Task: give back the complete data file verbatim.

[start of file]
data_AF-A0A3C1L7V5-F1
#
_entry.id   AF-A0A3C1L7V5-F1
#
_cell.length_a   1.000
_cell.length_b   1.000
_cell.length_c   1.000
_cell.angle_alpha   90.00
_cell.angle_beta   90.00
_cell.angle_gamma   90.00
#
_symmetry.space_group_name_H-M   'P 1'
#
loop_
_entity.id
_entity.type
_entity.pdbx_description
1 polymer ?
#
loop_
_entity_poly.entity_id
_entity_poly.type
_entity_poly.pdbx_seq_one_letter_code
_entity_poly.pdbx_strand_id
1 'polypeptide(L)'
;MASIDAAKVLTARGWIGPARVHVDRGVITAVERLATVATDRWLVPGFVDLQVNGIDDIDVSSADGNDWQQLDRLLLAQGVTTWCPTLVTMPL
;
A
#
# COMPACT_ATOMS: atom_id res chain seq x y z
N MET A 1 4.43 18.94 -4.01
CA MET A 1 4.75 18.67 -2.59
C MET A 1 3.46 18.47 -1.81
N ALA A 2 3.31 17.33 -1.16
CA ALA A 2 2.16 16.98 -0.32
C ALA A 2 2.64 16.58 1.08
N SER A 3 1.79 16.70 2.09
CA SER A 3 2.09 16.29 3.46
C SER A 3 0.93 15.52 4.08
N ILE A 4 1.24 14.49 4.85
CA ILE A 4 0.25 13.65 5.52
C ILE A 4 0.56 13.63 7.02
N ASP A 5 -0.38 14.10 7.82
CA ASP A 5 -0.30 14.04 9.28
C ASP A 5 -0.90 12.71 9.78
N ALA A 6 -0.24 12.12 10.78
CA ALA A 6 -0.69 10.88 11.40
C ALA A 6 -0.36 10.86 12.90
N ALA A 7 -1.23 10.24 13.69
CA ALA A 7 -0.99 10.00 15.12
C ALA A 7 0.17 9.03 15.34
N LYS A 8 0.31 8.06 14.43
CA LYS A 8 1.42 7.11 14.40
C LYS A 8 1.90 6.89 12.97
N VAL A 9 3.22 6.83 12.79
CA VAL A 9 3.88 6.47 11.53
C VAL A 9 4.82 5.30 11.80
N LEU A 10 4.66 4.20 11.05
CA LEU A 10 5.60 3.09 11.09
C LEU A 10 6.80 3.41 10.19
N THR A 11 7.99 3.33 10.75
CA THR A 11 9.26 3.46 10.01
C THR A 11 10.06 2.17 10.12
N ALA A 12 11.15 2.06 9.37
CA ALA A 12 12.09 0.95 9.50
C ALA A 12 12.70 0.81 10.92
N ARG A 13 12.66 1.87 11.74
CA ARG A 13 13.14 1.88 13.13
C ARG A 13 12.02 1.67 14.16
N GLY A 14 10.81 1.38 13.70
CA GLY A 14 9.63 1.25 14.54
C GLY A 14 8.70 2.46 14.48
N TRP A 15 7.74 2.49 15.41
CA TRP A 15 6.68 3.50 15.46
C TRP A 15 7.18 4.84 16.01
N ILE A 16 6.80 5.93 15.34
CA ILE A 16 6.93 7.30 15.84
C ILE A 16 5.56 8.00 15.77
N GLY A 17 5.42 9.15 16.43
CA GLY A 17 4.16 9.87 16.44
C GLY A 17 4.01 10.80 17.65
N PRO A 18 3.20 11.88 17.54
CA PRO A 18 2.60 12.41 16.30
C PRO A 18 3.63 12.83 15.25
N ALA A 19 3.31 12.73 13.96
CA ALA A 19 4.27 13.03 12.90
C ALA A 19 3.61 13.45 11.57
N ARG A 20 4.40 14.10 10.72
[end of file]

data_AF-A0A3C1L7V5-F1
#
_entry.id   AF-A0A3C1L7V5-F1
#
_cell.length_a   1.000
_cell.length_b   1.000
_cell.length_c   1.000
_cell.angle_alpha   90.00
_cell.angle_beta   90.00
_cell.angle_gamma   90.00
#
_symmetry.space_group_name_H-M   'P 1'
#
loop_
_entity.id
_entity.type
_entity.pdbx_description
1 polymer ?
#
loop_
_entity_poly.entity_id
_entity_poly.type
_entity_poly.pdbx_seq_one_letter_code
_entity_poly.pdbx_strand_id
1 'polypeptide(L)'
;MASIDAAKVLTARGWIGPARVHVDRGVITAVERLATVATDRWLVPGFVDLQVNGIDDIDVSSADGNDWQQLDRLLLAQGVTTWCPTLVTMPL
;
A
#
# COMPACT_ATOMS: atom_id res chain seq x y z
N MET A 1 4.43 18.94 -4.01
CA MET A 1 4.75 18.67 -2.59
C MET A 1 3.46 18.47 -1.81
N ALA A 2 3.31 17.33 -1.16
CA ALA A 2 2.16 16.98 -0.32
C ALA A 2 2.64 16.58 1.08
N SER A 3 1.79 16.70 2.09
CA SER A 3 2.09 16.29 3.46
C SER A 3 0.93 15.52 4.08
N ILE A 4 1.24 14.49 4.85
CA ILE A 4 0.25 13.65 5.52
C ILE A 4 0.56 13.63 7.02
N ASP A 5 -0.38 14.10 7.82
CA ASP A 5 -0.30 14.04 9.28
C ASP A 5 -0.90 12.71 9.78
N ALA A 6 -0.24 12.12 10.78
CA ALA A 6 -0.69 10.88 11.40
C ALA A 6 -0.36 10.86 12.90
N ALA A 7 -1.23 10.24 13.69
CA ALA A 7 -0.99 10.00 15.12
C ALA A 7 0.17 9.03 15.34
N LYS A 8 0.31 8.06 14.43
CA LYS A 8 1.42 7.11 14.40
C LYS A 8 1.90 6.89 12.97
N VAL A 9 3.22 6.83 12.79
CA VAL A 9 3.88 6.47 11.53
C VAL A 9 4.82 5.30 11.80
N LEU A 10 4.66 4.20 11.05
CA LEU A 10 5.60 3.09 11.09
C LEU A 10 6.80 3.41 10.19
N THR A 11 7.99 3.33 10.75
CA THR A 11 9.26 3.46 10.01
C THR A 11 10.06 2.17 10.12
N ALA A 12 11.15 2.06 9.37
CA ALA A 12 12.09 0.95 9.50
C ALA A 12 12.70 0.81 10.92
N ARG A 13 12.66 1.87 11.74
CA ARG A 13 13.14 1.88 13.13
C ARG A 13 12.02 1.67 14.16
N GLY A 14 10.81 1.38 13.70
CA GLY A 14 9.63 1.25 14.54
C GLY A 14 8.70 2.46 14.48
N TRP A 15 7.74 2.49 15.41
CA TRP A 15 6.68 3.50 15.46
C TRP A 15 7.18 4.84 16.01
N ILE A 16 6.80 5.93 15.34
CA ILE A 16 6.93 7.30 15.84
C ILE A 16 5.56 8.00 15.77
N GLY A 17 5.42 9.15 16.43
CA GLY A 17 4.16 9.87 16.44
C GLY A 17 4.01 10.80 17.65
N PRO A 18 3.20 11.88 17.54
CA PRO A 18 2.60 12.41 16.30
C PRO A 18 3.63 12.83 15.25
N ALA A 19 3.31 12.73 13.96
CA ALA A 19 4.27 13.03 12.90
C ALA A 19 3.61 13.45 11.57
N ARG A 20 4.40 14.10 10.72